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New Jersey high court designates J&J Levaquin suit as mass tort.
The New Jersey Law Journal – July 6, 2009

The New Jersey Law Journal (7/6, Toutant) reports “The New Jersey Supreme Court has designated mounting litigation over the Johnson & Johnson antibiotic Levaquin as a mass tort and has assigned it to an Atlantic County, N.J., judge. The suits charge that the drug, which is prescribed for bacterial infections of the lungs, urinary tract and skin, has caused Achilles’ tendon ruptures and other damage.” Plaintiff attorneys argued “that the litigation will likely involve thousands of cases with the same defendants, similar complex issues of law and fact, and plaintiffs with a high degree of commonality in their injuries and damages.” The drug “was approved by the Food and Drug Administration in 1996, but in July 2008, the FDA warned that Levaquin, and other drugs in the fluoroquinolone class of antibiotics, put users at heightened risk of developing tendonitis and tendon ruptures.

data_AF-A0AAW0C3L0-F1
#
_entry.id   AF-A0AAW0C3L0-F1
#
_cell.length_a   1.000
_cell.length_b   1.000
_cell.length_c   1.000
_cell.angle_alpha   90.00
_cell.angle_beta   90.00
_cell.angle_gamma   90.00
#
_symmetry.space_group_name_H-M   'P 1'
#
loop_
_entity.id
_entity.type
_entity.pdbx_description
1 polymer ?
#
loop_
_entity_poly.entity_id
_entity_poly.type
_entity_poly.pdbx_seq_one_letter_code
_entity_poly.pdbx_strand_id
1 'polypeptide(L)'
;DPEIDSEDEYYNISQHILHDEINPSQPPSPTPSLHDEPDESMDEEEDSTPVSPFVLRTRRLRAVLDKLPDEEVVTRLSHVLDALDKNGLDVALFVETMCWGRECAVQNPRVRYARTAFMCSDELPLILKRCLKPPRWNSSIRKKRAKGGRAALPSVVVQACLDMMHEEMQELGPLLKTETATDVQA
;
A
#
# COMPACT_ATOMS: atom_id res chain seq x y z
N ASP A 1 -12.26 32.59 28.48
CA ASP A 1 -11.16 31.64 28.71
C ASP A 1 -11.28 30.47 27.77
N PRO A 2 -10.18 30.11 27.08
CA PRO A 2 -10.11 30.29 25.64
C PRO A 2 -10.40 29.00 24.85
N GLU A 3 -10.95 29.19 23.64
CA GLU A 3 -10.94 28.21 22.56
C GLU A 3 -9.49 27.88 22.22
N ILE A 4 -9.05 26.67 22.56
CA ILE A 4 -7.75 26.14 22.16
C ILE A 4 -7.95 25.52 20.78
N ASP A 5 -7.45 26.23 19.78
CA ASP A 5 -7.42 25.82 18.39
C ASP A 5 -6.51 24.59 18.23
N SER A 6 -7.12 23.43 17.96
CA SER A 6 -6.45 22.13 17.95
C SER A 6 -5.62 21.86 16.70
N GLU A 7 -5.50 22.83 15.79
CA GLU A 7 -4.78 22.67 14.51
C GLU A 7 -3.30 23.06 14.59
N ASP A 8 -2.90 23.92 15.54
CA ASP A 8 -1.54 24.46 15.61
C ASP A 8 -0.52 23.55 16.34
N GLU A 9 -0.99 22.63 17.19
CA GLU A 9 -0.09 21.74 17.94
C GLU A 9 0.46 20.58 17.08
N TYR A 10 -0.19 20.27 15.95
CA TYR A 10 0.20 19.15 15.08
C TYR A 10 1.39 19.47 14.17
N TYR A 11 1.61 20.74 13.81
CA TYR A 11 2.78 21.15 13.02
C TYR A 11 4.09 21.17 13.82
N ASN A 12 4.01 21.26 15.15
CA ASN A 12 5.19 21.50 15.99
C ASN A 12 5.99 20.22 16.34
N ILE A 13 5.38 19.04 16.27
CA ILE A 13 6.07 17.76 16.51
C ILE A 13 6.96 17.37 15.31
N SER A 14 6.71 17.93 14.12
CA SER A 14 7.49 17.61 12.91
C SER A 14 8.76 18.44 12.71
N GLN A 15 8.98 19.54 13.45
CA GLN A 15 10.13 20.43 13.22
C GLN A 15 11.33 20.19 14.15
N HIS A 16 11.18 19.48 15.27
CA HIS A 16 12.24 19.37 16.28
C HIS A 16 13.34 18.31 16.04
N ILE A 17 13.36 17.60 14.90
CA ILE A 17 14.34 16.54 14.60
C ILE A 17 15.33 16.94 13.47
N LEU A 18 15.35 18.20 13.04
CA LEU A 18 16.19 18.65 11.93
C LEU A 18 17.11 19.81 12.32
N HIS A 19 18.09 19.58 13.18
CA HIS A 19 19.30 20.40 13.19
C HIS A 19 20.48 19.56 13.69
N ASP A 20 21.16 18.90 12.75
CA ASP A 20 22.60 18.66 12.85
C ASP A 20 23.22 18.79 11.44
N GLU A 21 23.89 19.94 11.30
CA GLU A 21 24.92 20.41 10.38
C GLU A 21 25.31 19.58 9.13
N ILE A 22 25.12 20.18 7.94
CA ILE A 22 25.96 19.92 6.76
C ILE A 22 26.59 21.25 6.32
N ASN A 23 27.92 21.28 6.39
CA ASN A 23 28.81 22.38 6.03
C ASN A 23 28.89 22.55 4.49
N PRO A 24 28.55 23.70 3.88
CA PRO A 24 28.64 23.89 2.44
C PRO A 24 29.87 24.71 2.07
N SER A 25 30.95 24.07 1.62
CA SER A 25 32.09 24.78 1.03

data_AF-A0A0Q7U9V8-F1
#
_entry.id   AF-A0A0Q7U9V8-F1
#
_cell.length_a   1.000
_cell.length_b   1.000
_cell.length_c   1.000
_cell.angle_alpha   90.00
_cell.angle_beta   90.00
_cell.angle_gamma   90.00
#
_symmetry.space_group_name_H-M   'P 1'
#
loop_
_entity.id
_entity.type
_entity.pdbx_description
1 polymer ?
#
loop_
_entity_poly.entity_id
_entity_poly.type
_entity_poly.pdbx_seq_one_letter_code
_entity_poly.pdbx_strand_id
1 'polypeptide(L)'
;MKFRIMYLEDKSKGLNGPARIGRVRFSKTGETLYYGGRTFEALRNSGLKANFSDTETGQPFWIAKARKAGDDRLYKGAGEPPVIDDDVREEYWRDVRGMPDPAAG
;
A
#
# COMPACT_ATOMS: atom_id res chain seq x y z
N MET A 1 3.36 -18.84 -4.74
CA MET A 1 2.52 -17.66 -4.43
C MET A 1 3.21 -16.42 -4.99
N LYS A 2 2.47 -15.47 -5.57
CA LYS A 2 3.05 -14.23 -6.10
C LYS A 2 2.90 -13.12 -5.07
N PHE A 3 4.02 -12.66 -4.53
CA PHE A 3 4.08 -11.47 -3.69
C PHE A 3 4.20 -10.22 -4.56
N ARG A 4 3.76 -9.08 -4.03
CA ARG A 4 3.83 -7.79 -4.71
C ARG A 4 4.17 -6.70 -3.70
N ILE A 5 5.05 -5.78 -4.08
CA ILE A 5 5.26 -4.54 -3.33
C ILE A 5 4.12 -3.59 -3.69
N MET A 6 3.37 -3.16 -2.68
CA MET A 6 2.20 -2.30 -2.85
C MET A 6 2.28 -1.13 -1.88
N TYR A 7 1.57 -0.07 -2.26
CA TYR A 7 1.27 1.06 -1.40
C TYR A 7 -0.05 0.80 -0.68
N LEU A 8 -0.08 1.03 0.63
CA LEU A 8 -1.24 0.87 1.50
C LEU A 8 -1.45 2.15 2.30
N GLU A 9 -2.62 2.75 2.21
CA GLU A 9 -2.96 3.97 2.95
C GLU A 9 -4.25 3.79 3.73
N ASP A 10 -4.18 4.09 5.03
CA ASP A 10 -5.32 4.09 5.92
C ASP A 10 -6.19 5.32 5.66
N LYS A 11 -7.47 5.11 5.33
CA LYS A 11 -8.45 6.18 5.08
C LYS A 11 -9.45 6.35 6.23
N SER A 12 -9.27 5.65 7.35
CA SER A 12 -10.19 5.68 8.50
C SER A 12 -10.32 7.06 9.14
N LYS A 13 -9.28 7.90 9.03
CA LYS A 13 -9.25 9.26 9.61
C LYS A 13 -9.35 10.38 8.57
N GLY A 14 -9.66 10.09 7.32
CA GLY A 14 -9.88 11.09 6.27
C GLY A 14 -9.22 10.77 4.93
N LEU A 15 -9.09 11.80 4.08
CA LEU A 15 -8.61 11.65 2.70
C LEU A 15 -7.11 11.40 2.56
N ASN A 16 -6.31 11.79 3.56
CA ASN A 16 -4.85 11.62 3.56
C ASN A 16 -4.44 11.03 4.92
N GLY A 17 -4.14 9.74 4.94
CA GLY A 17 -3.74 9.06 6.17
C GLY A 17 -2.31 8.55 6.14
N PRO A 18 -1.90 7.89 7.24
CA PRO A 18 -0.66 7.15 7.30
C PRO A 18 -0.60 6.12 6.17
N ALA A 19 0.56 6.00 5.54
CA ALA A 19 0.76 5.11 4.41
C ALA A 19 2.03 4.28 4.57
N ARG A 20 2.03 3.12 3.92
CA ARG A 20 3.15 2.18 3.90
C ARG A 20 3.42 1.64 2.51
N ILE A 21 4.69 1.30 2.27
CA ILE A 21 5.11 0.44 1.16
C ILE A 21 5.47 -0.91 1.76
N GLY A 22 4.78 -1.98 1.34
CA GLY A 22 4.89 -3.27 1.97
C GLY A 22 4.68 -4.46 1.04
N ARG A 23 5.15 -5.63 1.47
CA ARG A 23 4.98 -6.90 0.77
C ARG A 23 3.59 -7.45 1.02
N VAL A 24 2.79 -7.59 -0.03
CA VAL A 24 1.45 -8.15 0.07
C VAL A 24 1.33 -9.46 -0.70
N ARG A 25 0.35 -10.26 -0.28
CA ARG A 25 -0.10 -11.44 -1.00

Levaquin an antibiotic manufactured by Johnson & Johnson and Ortho-McNeil was originally designed to treat bacterial infections in different parts of the body. Since it’s introduction in 1997, the manufacturer failed to properly warn the public about the safety risks of the medication.

In 2008, the Food and Drug Administration enforced the manufacturer of Levaquin to add a black-box warning label regarding the increased risk of tendon injury and tendon ruptures.

Tendons are tough cords of tissue that connect muscles to bones. According to the Food and Drug Administration possible side effects of Levaquin are: pain swelling, tears and inflammation of tendons including the back of the ankle (Achilles), shoulder, hand, or other tendon sites can happen in people of all ages who take fluoroquinolone antibiotics.

If you would like to learn more about the side effects of Levaquin and/or receive a free case evaluation contact our law firm Harmon, Linder & Rogowsky at 212-732-3665.